My story goes on and on and on but since im not writing a book I will cut it short and just focus in on how the seed helped me. I am very aware of some folks dislike of the seed and how it affected them. The seed saved my ass(so to speak).
I gotta go so I will say that the seed was there when I needed it. Some of you will understand why I found a sanctuary on Highway 84.

Peace and Love to all seedlings,
Jimmy
« Last Edit: December 31, 1969, 07:00:00 PM by Guest »

Offline Antigen

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1974 memories
« Reply #1 on: January 29, 2005, 05:33:00 PM »
Quote
On 2005-01-29 13:05:00, Jimmy Cusick wrote:

Peace and Love to all seedlings,
Jimmy


What about the rest of us? No peace for us?  :cry:

Just kidding. I hear ya'. I know kids who got litterally abandoned on the street by their families and for whom that turned out to be a lucky break.

Reading your story, what strikes me most is how similar it is to my memory. By the time I was a teenager, the intense pressure in my house was all about the Program and/or religion. (it really did get muddied there for awhile) But that was just a replacement for constant hostility, shouting and flying objects. I vaguely remember tuning that sort of thing out as a very young kid.

And, just like you, I discovered pot as a really good palliative. It didn't win me instant popularity and entre into the exciting life of sex, drugs and rock-n-roll as all those open meeting introductions had led me to believe. But, even better, it gave me temporary escape from the pressure, a little euphorea and, to my utter amazement, sometimes an unusual clarity and ability to view difficult situations w/ confidence that absolutely did carry over into life in a normal, non-intoxicated state of mind.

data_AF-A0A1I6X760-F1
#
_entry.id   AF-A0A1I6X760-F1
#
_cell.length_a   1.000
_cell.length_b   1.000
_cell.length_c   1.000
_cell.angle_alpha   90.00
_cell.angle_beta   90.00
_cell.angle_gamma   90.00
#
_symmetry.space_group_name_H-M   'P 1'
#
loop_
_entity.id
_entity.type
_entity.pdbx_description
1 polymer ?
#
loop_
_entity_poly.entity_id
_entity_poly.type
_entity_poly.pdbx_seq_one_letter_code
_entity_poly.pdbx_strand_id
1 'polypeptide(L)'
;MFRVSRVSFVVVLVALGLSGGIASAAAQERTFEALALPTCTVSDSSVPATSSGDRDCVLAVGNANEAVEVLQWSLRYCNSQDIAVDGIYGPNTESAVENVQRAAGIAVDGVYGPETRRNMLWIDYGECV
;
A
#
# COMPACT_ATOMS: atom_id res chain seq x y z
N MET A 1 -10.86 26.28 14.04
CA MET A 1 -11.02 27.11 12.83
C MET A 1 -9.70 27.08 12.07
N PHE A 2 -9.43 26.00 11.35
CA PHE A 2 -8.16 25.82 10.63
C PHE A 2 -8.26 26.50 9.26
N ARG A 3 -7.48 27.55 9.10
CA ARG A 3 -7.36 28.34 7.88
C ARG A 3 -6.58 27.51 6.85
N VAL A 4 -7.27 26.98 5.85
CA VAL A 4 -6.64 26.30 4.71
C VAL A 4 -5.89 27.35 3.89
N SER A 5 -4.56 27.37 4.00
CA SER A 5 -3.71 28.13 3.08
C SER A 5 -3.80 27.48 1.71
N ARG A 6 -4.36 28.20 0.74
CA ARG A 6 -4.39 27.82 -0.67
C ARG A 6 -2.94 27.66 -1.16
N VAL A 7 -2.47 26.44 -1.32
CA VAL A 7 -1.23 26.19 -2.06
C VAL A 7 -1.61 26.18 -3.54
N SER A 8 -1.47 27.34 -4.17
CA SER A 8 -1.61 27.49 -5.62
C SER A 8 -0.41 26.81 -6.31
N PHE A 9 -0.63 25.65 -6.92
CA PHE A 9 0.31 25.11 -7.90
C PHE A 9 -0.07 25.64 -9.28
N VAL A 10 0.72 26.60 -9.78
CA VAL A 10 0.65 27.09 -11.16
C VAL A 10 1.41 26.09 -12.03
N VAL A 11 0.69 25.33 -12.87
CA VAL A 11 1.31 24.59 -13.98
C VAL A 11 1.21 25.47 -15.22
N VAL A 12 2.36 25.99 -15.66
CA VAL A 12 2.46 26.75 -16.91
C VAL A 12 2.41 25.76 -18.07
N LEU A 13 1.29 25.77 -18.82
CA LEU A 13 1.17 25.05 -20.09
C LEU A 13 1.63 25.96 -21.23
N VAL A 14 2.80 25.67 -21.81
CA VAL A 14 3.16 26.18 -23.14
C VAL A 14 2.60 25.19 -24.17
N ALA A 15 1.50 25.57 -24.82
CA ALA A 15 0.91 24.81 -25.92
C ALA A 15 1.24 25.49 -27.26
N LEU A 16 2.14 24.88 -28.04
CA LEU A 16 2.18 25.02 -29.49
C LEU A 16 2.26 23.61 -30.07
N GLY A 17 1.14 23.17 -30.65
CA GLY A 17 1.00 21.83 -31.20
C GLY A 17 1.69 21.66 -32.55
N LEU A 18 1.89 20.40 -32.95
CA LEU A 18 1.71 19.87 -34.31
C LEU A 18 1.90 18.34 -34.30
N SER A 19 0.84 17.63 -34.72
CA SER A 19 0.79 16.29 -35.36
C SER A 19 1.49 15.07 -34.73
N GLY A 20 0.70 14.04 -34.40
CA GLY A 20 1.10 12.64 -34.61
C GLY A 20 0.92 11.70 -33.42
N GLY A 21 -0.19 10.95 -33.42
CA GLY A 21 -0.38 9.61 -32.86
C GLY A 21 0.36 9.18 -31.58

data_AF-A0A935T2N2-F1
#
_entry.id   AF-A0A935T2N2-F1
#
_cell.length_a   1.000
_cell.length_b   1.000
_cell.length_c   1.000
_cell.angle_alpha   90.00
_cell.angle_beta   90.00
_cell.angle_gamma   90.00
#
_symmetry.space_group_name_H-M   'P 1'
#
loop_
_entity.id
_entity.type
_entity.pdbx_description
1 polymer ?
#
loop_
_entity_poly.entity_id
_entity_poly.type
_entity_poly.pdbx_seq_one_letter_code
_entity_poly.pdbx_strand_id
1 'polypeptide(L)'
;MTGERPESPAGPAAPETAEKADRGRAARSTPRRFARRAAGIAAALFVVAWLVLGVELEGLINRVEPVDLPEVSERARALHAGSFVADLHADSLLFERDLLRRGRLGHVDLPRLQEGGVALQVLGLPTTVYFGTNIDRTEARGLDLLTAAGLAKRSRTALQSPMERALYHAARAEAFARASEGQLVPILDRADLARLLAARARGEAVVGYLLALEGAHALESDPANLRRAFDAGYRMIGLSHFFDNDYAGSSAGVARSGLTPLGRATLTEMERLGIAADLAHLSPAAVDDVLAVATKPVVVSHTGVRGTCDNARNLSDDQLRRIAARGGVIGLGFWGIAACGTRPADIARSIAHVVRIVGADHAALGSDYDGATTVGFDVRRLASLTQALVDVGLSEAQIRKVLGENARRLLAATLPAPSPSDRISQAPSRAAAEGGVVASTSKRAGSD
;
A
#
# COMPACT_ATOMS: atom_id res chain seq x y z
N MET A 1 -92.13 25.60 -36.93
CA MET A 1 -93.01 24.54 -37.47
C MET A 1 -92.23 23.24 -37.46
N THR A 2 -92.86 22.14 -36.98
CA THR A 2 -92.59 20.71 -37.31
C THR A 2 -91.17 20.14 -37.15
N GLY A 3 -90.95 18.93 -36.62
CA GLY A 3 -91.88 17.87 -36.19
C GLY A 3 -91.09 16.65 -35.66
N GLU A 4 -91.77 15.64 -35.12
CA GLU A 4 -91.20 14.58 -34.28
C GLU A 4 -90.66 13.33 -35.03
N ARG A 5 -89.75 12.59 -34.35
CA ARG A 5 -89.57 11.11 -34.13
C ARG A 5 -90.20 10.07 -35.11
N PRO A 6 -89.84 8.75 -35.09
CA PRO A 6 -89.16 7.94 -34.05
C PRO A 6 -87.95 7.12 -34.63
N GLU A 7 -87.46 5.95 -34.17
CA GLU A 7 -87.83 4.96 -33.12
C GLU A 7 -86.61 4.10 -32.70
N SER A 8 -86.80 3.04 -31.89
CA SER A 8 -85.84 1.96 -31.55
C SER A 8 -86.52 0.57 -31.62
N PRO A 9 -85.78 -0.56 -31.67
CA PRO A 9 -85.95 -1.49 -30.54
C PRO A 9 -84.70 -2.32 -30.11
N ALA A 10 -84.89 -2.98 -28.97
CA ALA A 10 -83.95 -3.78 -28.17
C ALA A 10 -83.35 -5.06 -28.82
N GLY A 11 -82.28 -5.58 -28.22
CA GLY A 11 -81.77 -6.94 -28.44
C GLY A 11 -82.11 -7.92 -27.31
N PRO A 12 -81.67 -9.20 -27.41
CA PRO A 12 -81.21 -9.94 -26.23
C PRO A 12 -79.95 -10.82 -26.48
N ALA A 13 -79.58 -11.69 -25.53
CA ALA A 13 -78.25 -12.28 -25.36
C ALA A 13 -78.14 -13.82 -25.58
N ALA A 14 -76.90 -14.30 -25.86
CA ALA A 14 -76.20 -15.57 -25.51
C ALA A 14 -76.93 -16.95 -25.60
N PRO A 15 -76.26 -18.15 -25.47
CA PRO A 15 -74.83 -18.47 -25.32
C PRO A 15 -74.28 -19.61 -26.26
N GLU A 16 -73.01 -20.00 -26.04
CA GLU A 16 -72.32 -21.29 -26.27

If only I hadn't been busted and scapegoated (exactly as you describe) I probably would have been able to tolerate the pressure and just graduate and go to college or marry far, far away like my 5 older brothers and sisters had done.

I don't believe in God. My god is patriotism. Teach a man to be a good citizen and you have solved the problem of life.
--Andrew Carnegie, Scottish-born American industrialist and philanthropist

« Last Edit: December 31, 1969, 07:00:00 PM by Guest »
"Don\'t let the past remind us of what we are not now."
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Offline Dear Gabby

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1974 memories
« Reply #2 on: January 29, 2005, 08:13:00 PM »
Good thing Roloff didn't plant any seeds Or you would be in here with the rest of us.Just trying to pick up all of our seeds. Not making fun of you I am so happy you found another Chance to pick your life up That takes courage! I am just saying the guy who sowed my seed just didn't plant them very good. He burried them so deep he left no room for a little sun.
« Last Edit: December 31, 1969, 07:00:00 PM by Guest »